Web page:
Major Branches on the H-R Diagram: The H-R diagram is an important astronomical tool for understanding how stars evolve over time. Stellar evolution can not be studied by observing individual stars as most changes occur over millions and billions of years. Astrophysicists observe numerous stars at various stages in their evolutionary history to determine their changing properties and probable evolutionary tracks across the H-R diagram. When the absolute magnitude (MV) – intrinsic brightness – of stars is plotted against their surface temperature (stellar classification) the stars are not randomly distributed on the graph but are mostly restricted to a few well-defined regions. The stars within the same regions share a common set of characteristics. As the physical characteristics of a star change over its evolutionary history, its position on the H-R diagram changes also – so the H-R diagram can also be thought of as a graphical plot of stellar evolution. From the location of a star on the diagram, its luminosity, spectral type, color, temperature, mass, age, chemical composition and evolutionary history are known. the Cepheid varibles used by Hubble are in the region labelled as "Supergiants". Astronomers see them as having a certain apparent magnitude in a given galaxy, know their absolute magnitude and hence can determine their distances. Thus, were the distances to the first galaxies determined.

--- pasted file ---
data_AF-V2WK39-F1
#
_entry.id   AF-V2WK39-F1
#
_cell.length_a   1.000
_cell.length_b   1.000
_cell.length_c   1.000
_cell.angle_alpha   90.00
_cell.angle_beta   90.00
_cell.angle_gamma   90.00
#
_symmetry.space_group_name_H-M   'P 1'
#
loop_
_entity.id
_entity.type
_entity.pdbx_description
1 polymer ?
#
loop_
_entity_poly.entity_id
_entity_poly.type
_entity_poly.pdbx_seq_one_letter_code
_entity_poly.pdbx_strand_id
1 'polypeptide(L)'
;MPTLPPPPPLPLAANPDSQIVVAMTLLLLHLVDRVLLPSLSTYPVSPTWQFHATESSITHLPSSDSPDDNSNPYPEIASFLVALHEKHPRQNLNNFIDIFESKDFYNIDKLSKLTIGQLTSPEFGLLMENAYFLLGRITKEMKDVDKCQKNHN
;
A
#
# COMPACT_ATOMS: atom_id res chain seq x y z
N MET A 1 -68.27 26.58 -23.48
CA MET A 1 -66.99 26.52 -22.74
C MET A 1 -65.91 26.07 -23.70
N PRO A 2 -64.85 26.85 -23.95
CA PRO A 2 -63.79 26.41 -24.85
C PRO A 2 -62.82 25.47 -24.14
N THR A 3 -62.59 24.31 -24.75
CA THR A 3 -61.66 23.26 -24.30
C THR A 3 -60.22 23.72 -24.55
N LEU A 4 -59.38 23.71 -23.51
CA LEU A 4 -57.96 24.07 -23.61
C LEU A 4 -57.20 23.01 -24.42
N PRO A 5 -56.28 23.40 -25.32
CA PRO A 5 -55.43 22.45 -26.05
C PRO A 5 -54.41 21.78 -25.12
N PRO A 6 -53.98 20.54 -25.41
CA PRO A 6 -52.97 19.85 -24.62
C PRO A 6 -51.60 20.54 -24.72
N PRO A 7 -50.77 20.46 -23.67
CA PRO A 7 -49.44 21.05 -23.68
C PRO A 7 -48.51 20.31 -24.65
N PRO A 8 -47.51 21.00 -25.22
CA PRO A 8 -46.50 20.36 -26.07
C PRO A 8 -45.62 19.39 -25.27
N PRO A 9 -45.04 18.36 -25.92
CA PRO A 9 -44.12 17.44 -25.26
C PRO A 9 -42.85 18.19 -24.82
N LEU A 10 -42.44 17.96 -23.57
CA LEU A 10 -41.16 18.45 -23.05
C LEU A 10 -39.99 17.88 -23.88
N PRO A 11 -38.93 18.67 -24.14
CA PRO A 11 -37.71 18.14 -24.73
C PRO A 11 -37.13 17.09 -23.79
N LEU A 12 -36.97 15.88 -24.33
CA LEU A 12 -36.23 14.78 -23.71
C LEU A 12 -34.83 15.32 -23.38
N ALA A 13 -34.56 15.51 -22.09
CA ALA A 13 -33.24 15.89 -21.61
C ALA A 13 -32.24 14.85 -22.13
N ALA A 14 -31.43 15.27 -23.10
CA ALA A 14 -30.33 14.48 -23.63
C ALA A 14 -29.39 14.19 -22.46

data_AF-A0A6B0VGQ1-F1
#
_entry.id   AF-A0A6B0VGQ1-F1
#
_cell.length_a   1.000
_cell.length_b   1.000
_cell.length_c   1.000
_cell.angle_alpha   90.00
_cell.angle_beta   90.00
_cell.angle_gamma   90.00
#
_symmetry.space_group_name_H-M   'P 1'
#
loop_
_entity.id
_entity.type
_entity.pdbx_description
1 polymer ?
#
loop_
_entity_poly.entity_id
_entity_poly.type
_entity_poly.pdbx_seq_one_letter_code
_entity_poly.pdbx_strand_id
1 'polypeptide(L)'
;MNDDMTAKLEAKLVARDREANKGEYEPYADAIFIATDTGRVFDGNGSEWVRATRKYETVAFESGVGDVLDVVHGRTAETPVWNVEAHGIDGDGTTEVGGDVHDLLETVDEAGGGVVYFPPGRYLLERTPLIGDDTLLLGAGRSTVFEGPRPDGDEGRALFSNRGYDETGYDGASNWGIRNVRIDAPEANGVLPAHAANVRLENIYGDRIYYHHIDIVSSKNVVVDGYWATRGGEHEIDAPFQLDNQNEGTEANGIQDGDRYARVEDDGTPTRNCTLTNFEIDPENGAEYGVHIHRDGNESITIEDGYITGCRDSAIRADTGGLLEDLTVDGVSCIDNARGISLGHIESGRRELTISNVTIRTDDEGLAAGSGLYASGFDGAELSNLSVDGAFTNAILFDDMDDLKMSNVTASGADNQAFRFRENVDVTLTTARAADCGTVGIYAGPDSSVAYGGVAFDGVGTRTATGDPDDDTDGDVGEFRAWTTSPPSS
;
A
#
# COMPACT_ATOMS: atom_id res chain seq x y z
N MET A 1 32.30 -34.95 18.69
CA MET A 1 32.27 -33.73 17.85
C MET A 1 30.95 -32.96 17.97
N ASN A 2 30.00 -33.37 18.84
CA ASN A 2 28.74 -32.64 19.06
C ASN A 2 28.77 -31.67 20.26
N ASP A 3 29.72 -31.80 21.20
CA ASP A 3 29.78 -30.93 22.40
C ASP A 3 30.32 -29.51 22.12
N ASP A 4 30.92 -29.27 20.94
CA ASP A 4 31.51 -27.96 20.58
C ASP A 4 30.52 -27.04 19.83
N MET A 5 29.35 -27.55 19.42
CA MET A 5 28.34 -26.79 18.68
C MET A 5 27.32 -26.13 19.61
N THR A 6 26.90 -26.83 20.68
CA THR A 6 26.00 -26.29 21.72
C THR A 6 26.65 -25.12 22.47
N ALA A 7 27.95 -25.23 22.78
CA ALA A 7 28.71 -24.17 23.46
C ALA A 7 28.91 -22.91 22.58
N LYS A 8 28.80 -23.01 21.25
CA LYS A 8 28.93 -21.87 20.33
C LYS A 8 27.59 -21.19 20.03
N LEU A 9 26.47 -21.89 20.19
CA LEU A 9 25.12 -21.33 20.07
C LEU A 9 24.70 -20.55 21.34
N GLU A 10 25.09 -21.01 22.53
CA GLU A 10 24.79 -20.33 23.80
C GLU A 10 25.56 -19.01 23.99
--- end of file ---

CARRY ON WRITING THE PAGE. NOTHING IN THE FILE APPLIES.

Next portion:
With an HR diagram at hand, I could determine the absolute magnitude of a star from its star type. Stars of the same temperature may have different radii, hence, different absolute luminosities. The spectral types had to be modified based on the pattern seen in the HR diagram. At a given temperature, five zones in absolute magnitude could be defined and labelled (faintest to brightest) as V, IV, III, II, Ia, Ib. This added detail could also be determined from the spectrum.
It was discovered by Henrietta Leavitt, from Harvard University, that stars in a certain part of the HR diagram were variable stars. From their spectral types, I could determine their absolute luminosities. The stars are called Cepheid variables. These stars can be seen in other galaxies, which are far away from Earth. Thus, the stars are faint and it is difficult to obtain the spectrum, normally required for getting the absolute luminosity. However, the Cepheid variables are so distinctive by their variability that we can effectively determine the absolute luminosity without a spectrum: we just need a series of images to define the variability. Furthermore, they are among the brightest of stars, so, while apparently faint, they can be seen at great distances.
Cepheid Light Curve: Cepheid variable stars expand and contract in a repeating cycle of size changes. The change in size can be observed as a change in apparent brightness (apparent magnitude.) Cepheids have a repeating cycle of change that is periodic - as regular as the beating of a heart, with a period of 1 to 70 days with an amplitude variation of 0.1 to 2.0 magnitudes.